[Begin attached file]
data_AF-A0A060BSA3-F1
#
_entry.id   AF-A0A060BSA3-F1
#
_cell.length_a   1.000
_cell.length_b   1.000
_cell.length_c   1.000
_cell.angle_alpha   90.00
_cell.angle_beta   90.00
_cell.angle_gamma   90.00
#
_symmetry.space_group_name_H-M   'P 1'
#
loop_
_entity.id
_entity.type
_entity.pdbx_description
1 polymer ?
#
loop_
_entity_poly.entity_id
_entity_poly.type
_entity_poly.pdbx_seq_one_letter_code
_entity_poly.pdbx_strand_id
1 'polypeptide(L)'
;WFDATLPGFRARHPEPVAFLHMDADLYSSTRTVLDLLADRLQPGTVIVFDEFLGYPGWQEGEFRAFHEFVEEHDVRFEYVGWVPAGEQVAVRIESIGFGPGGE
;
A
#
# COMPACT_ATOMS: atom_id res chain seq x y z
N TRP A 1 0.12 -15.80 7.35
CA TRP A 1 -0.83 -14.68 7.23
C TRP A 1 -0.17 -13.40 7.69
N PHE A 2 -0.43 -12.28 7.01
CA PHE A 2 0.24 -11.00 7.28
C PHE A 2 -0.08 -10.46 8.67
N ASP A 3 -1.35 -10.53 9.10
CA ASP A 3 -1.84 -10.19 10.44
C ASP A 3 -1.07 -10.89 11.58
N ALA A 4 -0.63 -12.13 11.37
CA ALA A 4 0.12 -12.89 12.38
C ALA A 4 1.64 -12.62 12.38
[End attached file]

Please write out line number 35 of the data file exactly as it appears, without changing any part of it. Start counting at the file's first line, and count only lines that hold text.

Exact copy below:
CA PHE A 2 0.24 -11.00 7.28